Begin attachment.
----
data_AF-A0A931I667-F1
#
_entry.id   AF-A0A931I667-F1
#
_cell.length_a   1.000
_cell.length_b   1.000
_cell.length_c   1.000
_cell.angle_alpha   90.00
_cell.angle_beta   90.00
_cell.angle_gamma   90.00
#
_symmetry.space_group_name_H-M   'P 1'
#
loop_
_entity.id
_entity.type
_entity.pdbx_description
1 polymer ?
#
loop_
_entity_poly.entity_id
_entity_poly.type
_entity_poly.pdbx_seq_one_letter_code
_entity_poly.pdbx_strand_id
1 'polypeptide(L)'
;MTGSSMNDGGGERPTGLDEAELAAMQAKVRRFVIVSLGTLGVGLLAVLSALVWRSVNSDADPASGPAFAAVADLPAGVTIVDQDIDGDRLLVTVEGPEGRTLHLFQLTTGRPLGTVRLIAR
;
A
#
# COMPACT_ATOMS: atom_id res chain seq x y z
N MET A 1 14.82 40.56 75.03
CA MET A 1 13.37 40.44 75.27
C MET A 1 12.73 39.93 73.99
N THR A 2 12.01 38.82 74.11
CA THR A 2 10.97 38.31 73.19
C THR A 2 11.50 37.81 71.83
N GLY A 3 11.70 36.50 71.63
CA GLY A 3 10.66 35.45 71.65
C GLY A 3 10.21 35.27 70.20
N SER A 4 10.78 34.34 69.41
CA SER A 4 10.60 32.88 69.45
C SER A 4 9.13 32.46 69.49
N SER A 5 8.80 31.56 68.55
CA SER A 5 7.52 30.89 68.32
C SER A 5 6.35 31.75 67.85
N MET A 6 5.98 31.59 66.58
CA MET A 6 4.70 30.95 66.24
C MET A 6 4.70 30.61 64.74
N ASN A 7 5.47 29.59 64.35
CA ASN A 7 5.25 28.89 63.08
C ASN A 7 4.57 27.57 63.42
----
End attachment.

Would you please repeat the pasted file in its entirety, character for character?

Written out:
data_AF-A0A931I667-F1
#
_entry.id   AF-A0A931I667-F1
#
_cell.length_a   1.000
_cell.length_b   1.000
_cell.length_c   1.000
_cell.angle_alpha   90.00
_cell.angle_beta   90.00
_cell.angle_gamma   90.00
#
_symmetry.space_group_name_H-M   'P 1'
#
loop_
_entity.id
_entity.type
_entity.pdbx_description
1 polymer ?
#
loop_
_entity_poly.entity_id
_entity_poly.type
_entity_poly.pdbx_seq_one_letter_code
_entity_poly.pdbx_strand_id
1 'polypeptide(L)'
;MTGSSMNDGGGERPTGLDEAELAAMQAKVRRFVIVSLGTLGVGLLAVLSALVWRSVNSDADPASGPAFAAVADLPAGVTIVDQDIDGDRLLVTVEGPEGRTLHLFQLTTGRPLGTVRLIAR
;
A
#
# COMPACT_ATOMS: atom_id res chain seq x y z
N MET A 1 14.82 40.56 75.03
CA MET A 1 13.37 40.44 75.27
C MET A 1 12.73 39.93 73.99
N THR A 2 12.01 38.82 74.11
CA THR A 2 10.97 38.31 73.19
C THR A 2 11.50 37.81 71.83
N GLY A 3 11.70 36.50 71.63
CA GLY A 3 10.66 35.45 71.65
C GLY A 3 10.21 35.27 70.20
N SER A 4 10.78 34.34 69.41
CA SER A 4 10.60 32.88 69.45
C SER A 4 9.13 32.46 69.49
N SER A 5 8.80 31.56 68.55
CA SER A 5 7.52 30.89 68.32
C SER A 5 6.35 31.75 67.85
N MET A 6 5.98 31.59 66.58
CA MET A 6 4.70 30.95 66.24
C MET A 6 4.70 30.61 64.74
N ASN A 7 5.47 29.59 64.35
CA ASN A 7 5.25 28.89 63.08
C ASN A 7 4.57 27.57 63.42